Abazins are an ethnic group related to the Abkhazians, belonging to the northwestern group of the Iberian-Caucasian family of peoples. They live in the North Caucasus, in the Republic of Karachay-Cherkessia (population: 469,865; 2021). Many issues, such as the initial homeland and early history of the Abazins, are not totally certain. Some researchers consider the Abasgoi to be the common ancestors of the Abkhazians and the Abazins, however, the term Abasgoi had more of a political meaning than an ethnic one at that time. In ancient Georgian sources, the term Jiqi was used to refer to Abazins and Ubykh people (see Jiqi people). It is likely that in the 5th–15th centuries the Abazins already lived on the northern slopes of the Caucasus range, as well as in the coastal sector of Adler-Kerch (E. Alekseeva). Records and maps of European, Turkish and Russian authors confirm the settlements of Abazins in this area in the 13th–19th centuries. From the early Middle Ages, the Abazins had a habitual way of life with the neighboring Caucasian ethnic groups: they did not have permanent settlements, each tribe continuously migrated within a defined territory, instead of intensive farming, they preferred nomadic herding, they built only temporary wicker residential and agricultural structures. They did not fish, did not use the sea for transportation, but pursued piracy in order to obtain booty and captives. There are many reports about the way of life and permanent migrations of the Abazins in both foreign and Georgian sources (Juansher, Vakhushti of Kartli).

Abazins are currently divided into two ethnic groups — Ashkarua (in Abaza language Shkharua means highlander) and Tapanta (in Ossetian-Iranian Tapanta means lowlands, valley). Their names, along with other data, indicate that the Tapanta arrived in the valley earlier than the Ashkaruas (17th–18th centuries). According to foreign authors, the Abazins living in the coastal sector of Adler-Kerch in the late Middle Ages finally merged with the Western-Circassian tribes by the 19th century and played a major role in the ethnogenesis of the Shapsugs, Abzakhs (in Circassian Abzakh means lower Abaza) and Natukhajs. The majority of the Abazins, who had just settled in, were forced by the authorities of the Russian Empire to leave their homeland as muhajirs to the Ottoman Empire (see Muhajir culture). In the Ottoman Empire, a large part of Muhajir Abazins merged with Turks, Arabs, Muhajir Abkhazians and Circassians. Currently, Abazins live in small numbers in Turkey, Syria and Jordan. The devout Abazins are Sunni Muslims. The spread of Islam began intensively in the 17th–18th centuries. Christianity must have spread among the Abazins from the Greek colonies. During the Golden Age of Georgia the leading role was played by the Georgian Church, which is confirmed by the existence of Georgian Christian terms in the Abaza language. Around the 16th century Christianity weakened among the Abazins and paganism began to take root again, which is reflected in the reports of foreign and Georgian authors.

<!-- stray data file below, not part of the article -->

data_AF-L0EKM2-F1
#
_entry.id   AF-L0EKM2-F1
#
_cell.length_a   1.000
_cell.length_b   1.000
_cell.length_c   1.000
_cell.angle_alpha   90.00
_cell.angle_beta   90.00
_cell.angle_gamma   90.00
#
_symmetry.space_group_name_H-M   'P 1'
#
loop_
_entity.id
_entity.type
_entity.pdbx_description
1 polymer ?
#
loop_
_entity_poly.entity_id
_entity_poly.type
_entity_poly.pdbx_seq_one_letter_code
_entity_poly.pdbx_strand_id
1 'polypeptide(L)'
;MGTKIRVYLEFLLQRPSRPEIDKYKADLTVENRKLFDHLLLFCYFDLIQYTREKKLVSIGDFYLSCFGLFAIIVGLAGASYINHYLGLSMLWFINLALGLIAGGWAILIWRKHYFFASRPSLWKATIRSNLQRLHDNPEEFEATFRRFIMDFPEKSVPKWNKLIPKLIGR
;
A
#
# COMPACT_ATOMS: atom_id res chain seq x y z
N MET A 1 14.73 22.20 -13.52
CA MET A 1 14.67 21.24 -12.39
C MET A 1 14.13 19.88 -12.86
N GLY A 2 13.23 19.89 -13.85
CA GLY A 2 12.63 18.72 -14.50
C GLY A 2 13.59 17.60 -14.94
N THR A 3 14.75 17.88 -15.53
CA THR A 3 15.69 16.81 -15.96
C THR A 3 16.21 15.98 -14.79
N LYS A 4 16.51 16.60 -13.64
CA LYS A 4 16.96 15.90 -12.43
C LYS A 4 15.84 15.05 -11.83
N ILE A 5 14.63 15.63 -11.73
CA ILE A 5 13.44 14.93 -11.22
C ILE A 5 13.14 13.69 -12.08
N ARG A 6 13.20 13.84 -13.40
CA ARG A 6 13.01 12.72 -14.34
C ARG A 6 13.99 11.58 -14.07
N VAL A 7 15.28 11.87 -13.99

Literature: ჯანაში ა. ს., შრომები, ტ. 4, თბ., 1968; Адыги, балкарцы и карачаевцы в известиях европейских авторов XIII–XIX в. в., Нальчик, 1974.

T. Gvantseladze